Twitter Suffers Internal Glitch - Change Your Password Immediately
If you are an avid Twitter user, you must have received a notice the moment you logged into your account back at the beginning of May that you should change your Twitter password. This was related to an internal glitch in the Twitter system. Although it didn't seem like the glitch evolved into a severe security threat, it could have easily turned into something bigger had cybercriminals obtained sensitive data. In this post here, we would like to tell you more about this occurrence. We will also give you more details about Twitter security and how the service urges its users to protect their accounts.
Why Did Twitter Urge Users to Change Passwords?
A few months ago, Twitter issued a notification that recommended users to change their passwords. According to the official Twitter blog post, there was an internal glitch within the system. As a result, more than 330 million Twitter users could have been affected by this mishap.
Usually, the passwords that are stored within the system are coded, and no one can see them the way they are. However, due to this bug, all the passwords were stored in plain text within the internal system. Needless to say, if anyone could get a hand on such information, a lot of accounts could be compromised. And that is why the company told you to change your Twitter password, even if it was a precaution measure.
How Does the Twitter Password Storage System Work?
As mentioned, no one can see your password as it is, even if they work for Twitter. When you save your password, the system masks it so that no one could see it in plain text. In other words, if any system stores your passwords in plain text, that is an obvious security breach.
To mask your password, Twitter uses a hashing process. During this process, the passwords are encrypted. The plain text is scrambled so that no one would be able to recognize it even if they did see it (which shouldn't happen in the first place). Your password as you know is replaced with an alphanumeric sequence. As a result, whenever you log into your account, the system can recognize you and proceed with the authentication automatically, and there is no need to reveal the actual password. This kind of password encryption within the system is the industry standard that any company that handles personal data has to apply.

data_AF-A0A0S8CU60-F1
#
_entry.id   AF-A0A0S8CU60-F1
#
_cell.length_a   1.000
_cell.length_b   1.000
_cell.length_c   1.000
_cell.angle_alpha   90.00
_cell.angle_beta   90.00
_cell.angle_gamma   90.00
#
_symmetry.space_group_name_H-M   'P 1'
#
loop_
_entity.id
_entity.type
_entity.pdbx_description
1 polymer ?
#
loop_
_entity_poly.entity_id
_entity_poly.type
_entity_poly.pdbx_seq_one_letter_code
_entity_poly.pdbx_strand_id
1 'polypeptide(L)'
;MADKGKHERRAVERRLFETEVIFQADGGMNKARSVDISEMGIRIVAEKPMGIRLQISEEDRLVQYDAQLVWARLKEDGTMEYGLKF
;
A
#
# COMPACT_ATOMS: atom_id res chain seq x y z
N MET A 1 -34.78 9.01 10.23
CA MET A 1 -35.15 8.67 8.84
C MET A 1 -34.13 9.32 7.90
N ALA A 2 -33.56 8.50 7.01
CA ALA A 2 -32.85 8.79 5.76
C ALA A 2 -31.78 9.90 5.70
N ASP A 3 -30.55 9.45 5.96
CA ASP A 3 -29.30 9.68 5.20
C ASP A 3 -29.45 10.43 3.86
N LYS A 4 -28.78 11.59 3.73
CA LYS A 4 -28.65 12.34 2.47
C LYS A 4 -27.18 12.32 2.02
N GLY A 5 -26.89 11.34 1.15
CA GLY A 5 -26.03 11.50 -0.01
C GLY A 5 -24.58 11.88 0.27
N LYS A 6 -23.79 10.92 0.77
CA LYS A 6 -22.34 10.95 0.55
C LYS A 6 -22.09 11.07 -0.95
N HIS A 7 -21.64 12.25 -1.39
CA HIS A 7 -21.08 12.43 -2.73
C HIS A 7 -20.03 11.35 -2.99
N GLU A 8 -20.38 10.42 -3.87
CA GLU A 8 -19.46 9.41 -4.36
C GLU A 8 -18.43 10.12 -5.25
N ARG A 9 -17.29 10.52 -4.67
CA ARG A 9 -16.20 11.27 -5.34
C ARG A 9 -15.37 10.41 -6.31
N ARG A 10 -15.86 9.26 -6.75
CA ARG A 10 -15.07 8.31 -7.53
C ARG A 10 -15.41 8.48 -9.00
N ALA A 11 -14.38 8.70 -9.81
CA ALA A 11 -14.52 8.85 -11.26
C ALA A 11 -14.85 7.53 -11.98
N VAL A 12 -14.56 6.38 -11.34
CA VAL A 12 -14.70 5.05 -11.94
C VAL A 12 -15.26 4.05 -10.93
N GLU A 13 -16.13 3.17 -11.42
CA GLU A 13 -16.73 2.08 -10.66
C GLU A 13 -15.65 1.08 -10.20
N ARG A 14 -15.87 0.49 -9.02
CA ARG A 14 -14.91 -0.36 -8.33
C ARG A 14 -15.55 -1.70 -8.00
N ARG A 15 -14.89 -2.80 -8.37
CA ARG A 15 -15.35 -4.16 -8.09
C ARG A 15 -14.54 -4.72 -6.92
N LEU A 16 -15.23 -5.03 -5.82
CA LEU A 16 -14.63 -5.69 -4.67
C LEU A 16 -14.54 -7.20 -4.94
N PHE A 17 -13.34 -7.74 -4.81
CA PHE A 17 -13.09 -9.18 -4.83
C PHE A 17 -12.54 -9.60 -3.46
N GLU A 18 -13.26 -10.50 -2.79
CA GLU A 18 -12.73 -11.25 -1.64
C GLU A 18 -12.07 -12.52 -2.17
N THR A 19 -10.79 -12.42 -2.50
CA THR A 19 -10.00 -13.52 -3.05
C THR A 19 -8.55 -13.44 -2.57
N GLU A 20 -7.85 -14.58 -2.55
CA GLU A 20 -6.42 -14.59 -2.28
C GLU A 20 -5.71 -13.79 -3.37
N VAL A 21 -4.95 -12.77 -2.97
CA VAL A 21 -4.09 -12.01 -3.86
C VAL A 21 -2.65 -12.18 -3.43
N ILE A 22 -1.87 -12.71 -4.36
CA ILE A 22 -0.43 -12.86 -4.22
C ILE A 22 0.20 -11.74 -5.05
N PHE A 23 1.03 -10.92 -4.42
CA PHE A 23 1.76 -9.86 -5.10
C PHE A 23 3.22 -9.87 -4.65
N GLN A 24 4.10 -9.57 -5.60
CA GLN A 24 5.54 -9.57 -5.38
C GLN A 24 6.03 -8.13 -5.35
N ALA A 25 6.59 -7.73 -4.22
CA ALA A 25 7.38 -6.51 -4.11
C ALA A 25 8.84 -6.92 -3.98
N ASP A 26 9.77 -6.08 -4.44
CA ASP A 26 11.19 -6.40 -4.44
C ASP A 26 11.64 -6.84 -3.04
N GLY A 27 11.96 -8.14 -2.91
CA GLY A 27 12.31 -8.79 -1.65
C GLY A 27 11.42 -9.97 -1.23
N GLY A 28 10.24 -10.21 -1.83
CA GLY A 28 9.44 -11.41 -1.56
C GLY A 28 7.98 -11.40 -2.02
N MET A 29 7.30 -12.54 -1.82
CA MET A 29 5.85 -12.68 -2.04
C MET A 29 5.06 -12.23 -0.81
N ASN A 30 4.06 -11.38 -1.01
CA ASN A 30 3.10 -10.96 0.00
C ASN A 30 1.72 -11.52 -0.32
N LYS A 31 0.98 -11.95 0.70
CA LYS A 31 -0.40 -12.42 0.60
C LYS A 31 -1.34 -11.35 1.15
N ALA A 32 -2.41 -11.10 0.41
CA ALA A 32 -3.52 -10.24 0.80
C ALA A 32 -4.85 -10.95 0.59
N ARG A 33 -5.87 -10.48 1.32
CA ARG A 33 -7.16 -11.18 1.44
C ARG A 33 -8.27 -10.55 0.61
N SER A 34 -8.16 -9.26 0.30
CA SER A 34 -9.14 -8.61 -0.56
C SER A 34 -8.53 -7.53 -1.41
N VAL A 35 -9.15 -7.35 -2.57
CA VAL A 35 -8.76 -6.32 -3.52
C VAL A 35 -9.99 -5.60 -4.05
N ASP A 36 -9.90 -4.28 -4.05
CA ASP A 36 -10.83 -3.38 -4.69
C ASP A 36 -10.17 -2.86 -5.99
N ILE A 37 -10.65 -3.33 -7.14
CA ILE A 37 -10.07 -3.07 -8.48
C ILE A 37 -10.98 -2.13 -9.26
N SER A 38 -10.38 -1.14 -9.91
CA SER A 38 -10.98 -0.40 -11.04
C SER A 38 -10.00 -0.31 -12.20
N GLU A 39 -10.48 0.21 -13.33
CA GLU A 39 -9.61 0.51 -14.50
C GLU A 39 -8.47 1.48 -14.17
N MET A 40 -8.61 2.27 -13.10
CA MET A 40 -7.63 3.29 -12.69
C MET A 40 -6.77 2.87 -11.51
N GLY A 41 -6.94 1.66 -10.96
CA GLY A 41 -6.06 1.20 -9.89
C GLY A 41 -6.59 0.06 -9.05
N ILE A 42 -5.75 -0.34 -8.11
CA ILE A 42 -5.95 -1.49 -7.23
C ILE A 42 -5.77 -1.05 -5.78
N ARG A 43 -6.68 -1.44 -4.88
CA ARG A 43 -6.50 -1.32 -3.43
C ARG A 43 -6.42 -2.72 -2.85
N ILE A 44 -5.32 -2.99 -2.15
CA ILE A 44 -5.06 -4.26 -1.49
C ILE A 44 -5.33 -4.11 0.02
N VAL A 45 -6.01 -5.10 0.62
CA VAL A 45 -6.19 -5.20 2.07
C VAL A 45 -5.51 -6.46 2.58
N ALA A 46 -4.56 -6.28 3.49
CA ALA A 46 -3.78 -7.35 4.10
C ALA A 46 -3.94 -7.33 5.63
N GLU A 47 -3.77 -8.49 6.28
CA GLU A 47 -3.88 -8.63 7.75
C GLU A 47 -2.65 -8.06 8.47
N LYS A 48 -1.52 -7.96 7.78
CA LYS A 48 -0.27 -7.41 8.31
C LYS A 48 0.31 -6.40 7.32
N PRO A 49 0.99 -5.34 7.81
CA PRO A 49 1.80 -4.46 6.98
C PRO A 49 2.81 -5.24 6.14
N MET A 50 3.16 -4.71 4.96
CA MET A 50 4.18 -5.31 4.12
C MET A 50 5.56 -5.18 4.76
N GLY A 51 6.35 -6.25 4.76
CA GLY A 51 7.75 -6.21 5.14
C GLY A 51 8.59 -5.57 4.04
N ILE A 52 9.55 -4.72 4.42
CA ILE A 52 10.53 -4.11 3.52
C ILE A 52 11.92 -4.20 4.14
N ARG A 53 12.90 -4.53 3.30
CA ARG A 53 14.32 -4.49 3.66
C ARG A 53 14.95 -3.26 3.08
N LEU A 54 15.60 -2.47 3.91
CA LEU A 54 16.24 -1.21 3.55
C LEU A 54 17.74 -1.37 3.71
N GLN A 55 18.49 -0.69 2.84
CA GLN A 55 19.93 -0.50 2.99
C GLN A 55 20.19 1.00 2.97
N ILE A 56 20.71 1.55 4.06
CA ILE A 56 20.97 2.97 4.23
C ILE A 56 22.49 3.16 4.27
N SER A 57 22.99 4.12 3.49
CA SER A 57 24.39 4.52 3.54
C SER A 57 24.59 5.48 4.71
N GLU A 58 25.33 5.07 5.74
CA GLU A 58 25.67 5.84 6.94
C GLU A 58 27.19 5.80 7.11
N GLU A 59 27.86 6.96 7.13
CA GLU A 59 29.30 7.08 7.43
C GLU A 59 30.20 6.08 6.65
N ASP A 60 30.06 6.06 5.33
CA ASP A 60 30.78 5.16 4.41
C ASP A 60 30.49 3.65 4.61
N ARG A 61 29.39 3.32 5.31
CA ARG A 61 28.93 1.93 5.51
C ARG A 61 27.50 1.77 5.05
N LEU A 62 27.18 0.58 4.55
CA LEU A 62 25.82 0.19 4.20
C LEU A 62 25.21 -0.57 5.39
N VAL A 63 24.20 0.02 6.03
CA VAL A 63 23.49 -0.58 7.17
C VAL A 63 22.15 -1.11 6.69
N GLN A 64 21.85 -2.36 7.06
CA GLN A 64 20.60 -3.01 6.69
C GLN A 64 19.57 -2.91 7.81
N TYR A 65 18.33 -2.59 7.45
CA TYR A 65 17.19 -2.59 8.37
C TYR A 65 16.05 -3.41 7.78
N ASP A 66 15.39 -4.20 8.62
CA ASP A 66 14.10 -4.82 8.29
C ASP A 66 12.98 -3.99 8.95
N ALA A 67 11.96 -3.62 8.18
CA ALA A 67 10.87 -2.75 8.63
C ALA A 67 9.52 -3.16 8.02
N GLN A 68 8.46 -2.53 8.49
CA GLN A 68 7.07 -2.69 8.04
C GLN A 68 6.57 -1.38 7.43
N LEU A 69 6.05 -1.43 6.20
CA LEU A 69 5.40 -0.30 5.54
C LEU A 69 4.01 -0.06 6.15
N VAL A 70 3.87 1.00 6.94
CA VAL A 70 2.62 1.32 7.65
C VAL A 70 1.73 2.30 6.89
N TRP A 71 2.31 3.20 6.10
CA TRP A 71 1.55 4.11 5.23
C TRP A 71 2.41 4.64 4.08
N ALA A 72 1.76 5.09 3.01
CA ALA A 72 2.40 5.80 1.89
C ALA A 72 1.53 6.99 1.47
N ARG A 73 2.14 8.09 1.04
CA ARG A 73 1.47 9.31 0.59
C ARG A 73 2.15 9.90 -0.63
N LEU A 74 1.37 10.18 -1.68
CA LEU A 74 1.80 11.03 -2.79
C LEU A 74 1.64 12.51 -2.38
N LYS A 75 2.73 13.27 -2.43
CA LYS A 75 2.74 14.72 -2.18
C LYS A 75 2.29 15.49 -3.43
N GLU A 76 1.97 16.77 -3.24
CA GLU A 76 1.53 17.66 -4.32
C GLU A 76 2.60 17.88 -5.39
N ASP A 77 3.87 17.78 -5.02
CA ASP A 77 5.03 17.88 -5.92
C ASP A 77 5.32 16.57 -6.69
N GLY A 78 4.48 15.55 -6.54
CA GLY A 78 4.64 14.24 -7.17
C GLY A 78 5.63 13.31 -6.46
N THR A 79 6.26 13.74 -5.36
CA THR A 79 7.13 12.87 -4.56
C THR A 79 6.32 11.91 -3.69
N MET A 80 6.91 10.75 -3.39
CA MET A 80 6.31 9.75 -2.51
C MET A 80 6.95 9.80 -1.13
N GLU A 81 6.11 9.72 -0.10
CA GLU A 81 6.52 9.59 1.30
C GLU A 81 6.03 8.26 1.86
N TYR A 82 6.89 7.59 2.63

What's with the Bug?
Twitter has not revealed more information about the bug that caused this issue. It did not point out how this bug appeared, so we can only infer that the potential security threats were grave, especially considering that every user received this automated notification to change their passwords.
The good thing was that the bug was noticed and found by Twitter, not by someone from the outside. Thus, the information could not be exploited immediately. What's more, according to Twitter's Chief Technology Officer Parag Agrawal, there was “no indication of breach or misuse,” so it is possible to say that Twitter noticed this bug right on time.
What Are the Twitter Security Recommendations?